MOM's Removes Products With Ads Aimed at Kids
How do you feel about products marketed toward children?
MOM's Organic Market, a Rockville, Md.-based grocery store with a location on Mount Vernon Avenue in Arlandria, has made the decision to pull any products with marketing aimed at children off its shelves.
Specifically, products that feature cartoon characters, such as Dora the Explorer frozen soybeans and Elmo juice boxes, will no longer be carried. Those foods will be replaced with organic alternatives with cartoon-free packaging.
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"Marketing to children is wrong and should be illegal,” says Scott Nash, founder and CEO of MOM's on the grocer's website. “Advertising is a shady game. It focuses on creating a shallow emotional attachment instead of pointing out the merits of a product. Unfortunately, it works—and young children are particularly susceptible.”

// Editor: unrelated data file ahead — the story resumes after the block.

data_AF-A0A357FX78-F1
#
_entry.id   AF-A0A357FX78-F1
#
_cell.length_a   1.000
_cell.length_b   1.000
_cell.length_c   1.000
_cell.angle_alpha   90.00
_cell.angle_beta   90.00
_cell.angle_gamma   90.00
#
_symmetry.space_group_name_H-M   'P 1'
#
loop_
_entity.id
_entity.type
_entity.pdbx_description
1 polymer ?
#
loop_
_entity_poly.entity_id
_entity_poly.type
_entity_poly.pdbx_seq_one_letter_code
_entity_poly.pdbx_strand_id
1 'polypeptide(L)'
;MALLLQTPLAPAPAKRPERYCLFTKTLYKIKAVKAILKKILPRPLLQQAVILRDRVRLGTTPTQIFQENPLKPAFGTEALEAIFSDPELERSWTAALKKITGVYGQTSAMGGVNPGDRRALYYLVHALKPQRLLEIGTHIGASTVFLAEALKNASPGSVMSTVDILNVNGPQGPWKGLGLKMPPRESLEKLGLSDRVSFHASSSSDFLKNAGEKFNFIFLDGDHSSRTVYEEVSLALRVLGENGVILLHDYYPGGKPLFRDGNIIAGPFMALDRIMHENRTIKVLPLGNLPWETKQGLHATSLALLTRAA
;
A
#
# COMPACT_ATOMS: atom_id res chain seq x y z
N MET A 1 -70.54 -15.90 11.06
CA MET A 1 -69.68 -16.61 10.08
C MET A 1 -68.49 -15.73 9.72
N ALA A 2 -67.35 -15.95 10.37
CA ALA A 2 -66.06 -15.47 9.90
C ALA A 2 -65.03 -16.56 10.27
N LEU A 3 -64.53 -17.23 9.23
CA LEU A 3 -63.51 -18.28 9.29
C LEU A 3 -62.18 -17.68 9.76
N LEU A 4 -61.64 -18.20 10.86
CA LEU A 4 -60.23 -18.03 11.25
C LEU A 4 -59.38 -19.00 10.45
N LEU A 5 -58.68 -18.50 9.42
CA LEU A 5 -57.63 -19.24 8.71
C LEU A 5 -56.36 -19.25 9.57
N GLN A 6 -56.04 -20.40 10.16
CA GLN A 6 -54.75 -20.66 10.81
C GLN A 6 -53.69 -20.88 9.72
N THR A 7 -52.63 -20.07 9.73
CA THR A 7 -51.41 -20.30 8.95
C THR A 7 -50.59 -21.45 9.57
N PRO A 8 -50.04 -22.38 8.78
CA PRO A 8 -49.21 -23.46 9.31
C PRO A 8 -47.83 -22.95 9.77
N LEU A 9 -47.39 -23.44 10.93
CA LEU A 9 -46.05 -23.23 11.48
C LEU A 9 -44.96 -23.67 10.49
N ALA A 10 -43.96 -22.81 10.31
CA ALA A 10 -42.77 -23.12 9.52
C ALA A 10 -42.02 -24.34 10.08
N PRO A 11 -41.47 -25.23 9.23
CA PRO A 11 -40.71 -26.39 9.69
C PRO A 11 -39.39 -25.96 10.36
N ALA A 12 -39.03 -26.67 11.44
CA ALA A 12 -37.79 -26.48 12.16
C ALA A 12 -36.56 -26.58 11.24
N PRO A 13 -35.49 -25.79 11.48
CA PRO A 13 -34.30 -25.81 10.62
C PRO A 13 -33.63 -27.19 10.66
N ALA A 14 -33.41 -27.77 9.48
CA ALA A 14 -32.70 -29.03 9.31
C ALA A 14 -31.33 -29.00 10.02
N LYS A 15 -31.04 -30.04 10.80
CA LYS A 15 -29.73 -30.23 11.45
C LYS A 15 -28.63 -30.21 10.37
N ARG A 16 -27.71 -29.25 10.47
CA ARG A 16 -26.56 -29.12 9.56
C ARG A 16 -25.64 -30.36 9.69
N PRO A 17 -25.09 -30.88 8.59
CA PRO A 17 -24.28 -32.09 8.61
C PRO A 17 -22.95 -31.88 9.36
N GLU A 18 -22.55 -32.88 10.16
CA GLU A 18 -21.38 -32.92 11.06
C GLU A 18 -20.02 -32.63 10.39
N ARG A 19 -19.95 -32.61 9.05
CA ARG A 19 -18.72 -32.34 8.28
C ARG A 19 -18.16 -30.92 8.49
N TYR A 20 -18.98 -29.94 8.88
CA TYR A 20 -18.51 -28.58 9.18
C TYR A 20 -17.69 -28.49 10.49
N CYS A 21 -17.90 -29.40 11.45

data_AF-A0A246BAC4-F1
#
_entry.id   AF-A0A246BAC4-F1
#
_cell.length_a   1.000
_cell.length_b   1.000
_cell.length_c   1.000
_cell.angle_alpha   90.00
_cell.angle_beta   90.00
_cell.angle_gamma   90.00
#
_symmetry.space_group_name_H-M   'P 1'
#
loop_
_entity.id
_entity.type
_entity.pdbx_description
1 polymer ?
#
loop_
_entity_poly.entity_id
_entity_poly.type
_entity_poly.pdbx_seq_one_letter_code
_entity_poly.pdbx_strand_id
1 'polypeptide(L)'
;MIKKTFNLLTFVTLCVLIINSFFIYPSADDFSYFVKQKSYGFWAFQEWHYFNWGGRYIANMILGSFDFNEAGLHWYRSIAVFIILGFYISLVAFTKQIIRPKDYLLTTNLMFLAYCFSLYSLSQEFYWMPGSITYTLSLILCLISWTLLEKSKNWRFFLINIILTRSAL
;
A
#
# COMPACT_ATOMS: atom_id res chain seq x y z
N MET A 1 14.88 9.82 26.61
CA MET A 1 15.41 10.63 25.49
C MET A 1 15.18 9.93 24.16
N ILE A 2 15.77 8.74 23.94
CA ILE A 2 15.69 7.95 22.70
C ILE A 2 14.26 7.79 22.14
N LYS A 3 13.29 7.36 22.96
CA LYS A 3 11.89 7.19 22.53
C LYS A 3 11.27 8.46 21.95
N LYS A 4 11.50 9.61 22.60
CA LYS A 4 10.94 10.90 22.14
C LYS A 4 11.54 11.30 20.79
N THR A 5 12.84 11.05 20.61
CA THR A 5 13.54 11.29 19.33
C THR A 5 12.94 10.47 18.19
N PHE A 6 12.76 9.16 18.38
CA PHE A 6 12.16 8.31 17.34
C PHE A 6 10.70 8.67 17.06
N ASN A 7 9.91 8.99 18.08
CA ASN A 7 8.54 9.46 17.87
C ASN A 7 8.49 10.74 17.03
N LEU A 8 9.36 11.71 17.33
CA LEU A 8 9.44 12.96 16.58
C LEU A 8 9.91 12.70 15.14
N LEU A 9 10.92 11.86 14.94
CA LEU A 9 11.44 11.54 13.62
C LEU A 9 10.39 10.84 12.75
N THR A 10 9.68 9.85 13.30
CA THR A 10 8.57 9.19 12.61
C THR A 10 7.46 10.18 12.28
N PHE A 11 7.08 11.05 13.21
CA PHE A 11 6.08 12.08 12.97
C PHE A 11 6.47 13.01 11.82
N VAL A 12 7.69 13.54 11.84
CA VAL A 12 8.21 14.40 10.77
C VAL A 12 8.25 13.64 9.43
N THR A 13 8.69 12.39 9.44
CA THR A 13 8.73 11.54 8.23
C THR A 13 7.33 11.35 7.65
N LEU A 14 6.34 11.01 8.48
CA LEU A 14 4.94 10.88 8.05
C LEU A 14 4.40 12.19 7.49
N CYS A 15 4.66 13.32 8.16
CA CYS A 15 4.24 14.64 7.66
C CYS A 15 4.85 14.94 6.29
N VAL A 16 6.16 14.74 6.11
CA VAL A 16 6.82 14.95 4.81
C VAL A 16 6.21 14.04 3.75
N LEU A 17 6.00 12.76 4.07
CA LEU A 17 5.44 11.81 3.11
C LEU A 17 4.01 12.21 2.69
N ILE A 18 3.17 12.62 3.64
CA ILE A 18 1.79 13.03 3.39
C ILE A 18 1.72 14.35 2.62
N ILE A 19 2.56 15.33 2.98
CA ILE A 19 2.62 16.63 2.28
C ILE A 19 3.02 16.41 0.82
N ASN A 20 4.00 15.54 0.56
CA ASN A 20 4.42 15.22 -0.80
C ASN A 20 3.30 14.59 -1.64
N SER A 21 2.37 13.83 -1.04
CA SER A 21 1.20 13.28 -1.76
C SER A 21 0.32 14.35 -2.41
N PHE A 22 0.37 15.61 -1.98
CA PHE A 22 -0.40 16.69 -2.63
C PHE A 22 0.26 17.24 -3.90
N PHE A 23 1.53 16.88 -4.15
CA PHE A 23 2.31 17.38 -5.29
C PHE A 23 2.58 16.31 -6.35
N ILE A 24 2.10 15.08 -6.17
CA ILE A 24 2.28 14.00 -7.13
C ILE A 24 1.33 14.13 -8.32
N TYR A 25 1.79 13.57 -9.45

MOM's said Nash, who has three children, first noticed the abundance of cartoons on products for children when his 3-year-old daughter begged for cereal branded with a cartoon character.
“Using beloved media characters to sell kids on a particular brand of food is wrong, even if it’s healthy food,” said Susan Linn, Director of the Campaign for a Commercial Free Childhood in the MOM's notice. “Children should not be trained to pick foods based on the cartoon on the box. We congratulate MOM’s for taking this courageous stance on behalf of families and urge other companies to follow suit.”
Is it OK to market products toward children? Should marketing toward children be regulated or illegal? Tell us in the comments below.